Flashloan Attack on APE Airdrop
Bored Ape NFTX vault atomically rinsed by an MEVor
buys vault token -> redeems entire pool -> claims airdrop of 60k APE -> re-supply’s the pool twitted by @wilburforce_
Firstly, the attacker borrowed BAYC tokens that can be redeemed to NFTs and then used these NFTs to claim the AirDrop. After that, the attacker mint the BAYC tokens using the BAYC NFTs to return the flashloan. Lastly, the attacker got the AirDrop APE tokens through this process.
The team allocated 150 million tokens or 15% of the total ApeCoin supply to holders of Bored Ape Yacht Club and Mutant Ape Yacht Club collections, amounting to a staggering value of more than $800 million. Each BAYC holder got 10,094 tokens, valued anywhere between $80,000 to $200,000.
Someone has found a way to get an airdrop, using the NFT that they didn’t originally have. They use the airdrop in a specific way to execute it.It was a very effective move that gave them a $1.1 million deal in ApeCoin.
The trick was that the ApeCoin airdrop was not handed out based on a snapshot of who owned which Bored Ape at a specific time in the past. Instead, it was claimable by anyone who owns a Bored Ape at the point of claiming the airdrop. So if you gave someone your Bored Ape — and you hadn’t already claimed the tokens — they would be able to claim your tokens.
The trick is that ApeCoin airdrops aren’t distributed based on snapshots of who owns a boring ape at a particular time in the past. Instead, anyone with a bored ape can allege an airdrop. basically, if you give someone your bored ape-and you have not yet received your tokens-, they will be able to receive your tokens. ridiculous?
This means that all the person has to do is get some Bored Apes, their tokens — they just need to have these apes to get the airdrop. In fact, they can take it back right away.
A vault is a way to tokenize an NFT or group of NFTs. Then take a set of nfts, put them in Vault, and create a token. This token can then be staked for a token reward or sold (representing a portion of the value of the nft collection). Anyone with enough tokens can redeem them for potential nfts.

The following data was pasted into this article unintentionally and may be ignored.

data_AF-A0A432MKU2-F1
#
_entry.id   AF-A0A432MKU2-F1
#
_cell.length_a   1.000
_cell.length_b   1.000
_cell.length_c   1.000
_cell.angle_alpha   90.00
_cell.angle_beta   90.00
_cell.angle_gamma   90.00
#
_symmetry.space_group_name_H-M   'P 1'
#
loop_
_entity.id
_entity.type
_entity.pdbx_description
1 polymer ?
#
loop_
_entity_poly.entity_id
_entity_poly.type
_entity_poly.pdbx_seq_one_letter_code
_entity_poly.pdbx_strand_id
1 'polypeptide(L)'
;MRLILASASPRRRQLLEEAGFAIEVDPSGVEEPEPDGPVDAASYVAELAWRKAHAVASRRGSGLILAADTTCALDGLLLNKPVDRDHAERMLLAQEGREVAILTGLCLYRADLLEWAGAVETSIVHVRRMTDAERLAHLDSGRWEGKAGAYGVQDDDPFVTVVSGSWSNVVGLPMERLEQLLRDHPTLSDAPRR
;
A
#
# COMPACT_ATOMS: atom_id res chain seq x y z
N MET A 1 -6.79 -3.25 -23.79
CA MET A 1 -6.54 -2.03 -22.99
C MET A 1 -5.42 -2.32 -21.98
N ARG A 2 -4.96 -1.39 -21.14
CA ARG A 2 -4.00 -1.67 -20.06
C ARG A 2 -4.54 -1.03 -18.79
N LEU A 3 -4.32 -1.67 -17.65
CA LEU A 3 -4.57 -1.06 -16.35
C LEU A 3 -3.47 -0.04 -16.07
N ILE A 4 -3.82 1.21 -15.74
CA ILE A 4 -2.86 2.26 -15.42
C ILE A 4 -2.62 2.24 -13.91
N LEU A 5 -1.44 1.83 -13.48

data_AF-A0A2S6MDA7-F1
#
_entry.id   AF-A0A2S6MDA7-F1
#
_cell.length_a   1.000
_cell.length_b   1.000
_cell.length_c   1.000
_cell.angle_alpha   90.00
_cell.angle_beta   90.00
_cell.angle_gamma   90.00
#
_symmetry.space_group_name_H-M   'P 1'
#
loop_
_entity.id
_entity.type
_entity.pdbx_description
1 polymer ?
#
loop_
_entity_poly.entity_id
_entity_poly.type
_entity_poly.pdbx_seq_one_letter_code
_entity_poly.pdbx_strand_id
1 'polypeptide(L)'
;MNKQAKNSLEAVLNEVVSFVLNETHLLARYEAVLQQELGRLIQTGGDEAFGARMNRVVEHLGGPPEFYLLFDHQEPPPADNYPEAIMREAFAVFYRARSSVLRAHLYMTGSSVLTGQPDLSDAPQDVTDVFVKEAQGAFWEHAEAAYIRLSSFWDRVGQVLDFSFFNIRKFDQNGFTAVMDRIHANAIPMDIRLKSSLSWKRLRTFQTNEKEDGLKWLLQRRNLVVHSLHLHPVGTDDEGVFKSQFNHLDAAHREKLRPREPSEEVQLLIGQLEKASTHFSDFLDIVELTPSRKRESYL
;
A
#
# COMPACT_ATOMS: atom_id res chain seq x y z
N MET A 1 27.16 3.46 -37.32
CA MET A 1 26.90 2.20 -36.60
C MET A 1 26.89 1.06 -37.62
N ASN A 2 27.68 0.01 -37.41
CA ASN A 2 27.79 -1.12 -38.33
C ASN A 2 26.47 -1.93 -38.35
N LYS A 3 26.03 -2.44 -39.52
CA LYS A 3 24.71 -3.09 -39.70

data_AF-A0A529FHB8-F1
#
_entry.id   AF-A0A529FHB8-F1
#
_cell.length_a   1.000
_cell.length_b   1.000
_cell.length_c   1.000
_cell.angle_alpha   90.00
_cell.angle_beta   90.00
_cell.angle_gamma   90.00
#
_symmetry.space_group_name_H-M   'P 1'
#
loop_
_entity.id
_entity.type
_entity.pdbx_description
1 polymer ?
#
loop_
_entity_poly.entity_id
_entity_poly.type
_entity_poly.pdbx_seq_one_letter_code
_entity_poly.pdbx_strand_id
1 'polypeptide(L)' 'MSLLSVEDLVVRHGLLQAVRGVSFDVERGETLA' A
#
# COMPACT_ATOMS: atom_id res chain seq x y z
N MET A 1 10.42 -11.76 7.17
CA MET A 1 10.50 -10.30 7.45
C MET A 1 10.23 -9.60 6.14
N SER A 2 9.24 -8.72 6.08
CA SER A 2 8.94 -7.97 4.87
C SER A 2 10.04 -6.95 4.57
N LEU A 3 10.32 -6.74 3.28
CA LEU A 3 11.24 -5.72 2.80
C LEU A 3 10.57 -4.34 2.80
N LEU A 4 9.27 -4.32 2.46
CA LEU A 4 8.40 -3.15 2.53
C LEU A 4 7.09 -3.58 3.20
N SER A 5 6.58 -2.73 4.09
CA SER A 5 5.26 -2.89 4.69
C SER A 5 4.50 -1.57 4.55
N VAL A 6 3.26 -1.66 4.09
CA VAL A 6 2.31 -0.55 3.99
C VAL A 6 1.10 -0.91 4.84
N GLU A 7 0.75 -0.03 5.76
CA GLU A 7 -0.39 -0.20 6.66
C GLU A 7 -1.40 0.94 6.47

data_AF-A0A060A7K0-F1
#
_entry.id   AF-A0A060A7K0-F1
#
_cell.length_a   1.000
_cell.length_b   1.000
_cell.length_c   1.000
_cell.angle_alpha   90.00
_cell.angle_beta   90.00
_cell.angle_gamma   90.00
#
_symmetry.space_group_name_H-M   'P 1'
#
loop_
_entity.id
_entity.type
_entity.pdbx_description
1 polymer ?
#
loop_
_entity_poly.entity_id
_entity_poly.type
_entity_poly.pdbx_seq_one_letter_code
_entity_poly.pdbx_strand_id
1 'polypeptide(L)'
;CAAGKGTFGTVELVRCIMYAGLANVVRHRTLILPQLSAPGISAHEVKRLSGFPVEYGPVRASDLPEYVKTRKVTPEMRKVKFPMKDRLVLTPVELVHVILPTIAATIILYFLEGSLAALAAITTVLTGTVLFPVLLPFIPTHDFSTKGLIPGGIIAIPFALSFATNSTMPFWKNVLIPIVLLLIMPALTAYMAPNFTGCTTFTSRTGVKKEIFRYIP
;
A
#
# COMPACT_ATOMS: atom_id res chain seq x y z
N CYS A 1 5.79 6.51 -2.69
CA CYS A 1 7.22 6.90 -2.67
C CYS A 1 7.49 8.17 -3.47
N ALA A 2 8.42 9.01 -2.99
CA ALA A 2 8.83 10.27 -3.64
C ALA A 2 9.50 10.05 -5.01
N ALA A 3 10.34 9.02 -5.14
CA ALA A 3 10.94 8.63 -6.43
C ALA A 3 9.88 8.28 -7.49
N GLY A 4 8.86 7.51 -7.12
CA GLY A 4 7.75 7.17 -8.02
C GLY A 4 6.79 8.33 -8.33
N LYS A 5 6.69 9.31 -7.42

This vault was created on a protocol called NFTX. It contained five Bored Apes: #7594, #8214, #9915, #8167, and #4755 worth about 500 ETH ($1.4 million) based on the current floor price. Since the NFTs were locked up in the vault and not controlled by anyone party, nobody had used them to claim the airdrop.
This vault is generated on a protocol called NFTX. It included five bored apes: #7594, #8214, #9915, #8167, and #4755, which are worth around 500 ETH ($1.4 million) at the current reserve price. Since nfts are boned in vaults and not controlled by either party, no one uses them to request airdrops.
If a person is willing to unlock the NFTs to use them to claim the airdrop, but they didnt want to buy that directly cuz it would make it more expensive.
so flash loan came out from their mind,Flash loans are a type of loan that crypto traders may use to facilitate the buying and selling of different types of cryptocurrency on an exchange. They make use of smart contracts to issue the loans — and the trades they enable — instantly.
In this case, they bought a Bored Ape on NFT marketplace OpenSea for under $300,000 and used it as collateral to take out the flash loan. The flash loan was then used to purchase a large amount of the vault’s token, letting them redeem the five NFTs. The NFTs were used to claim the airdrop — all in this one, complex transaction — before all of them were then returned, the tokens sold back and the loan repaid.
In this process, they managed to claim an airdrop of 60,564 ApeCoin. They then sold these tokens on the decentralized exchange Uniswap for 399 ETH ($1.1 million). After, they sold back the original Bored Ape NFT that was used as collateral to the same NFTX vault.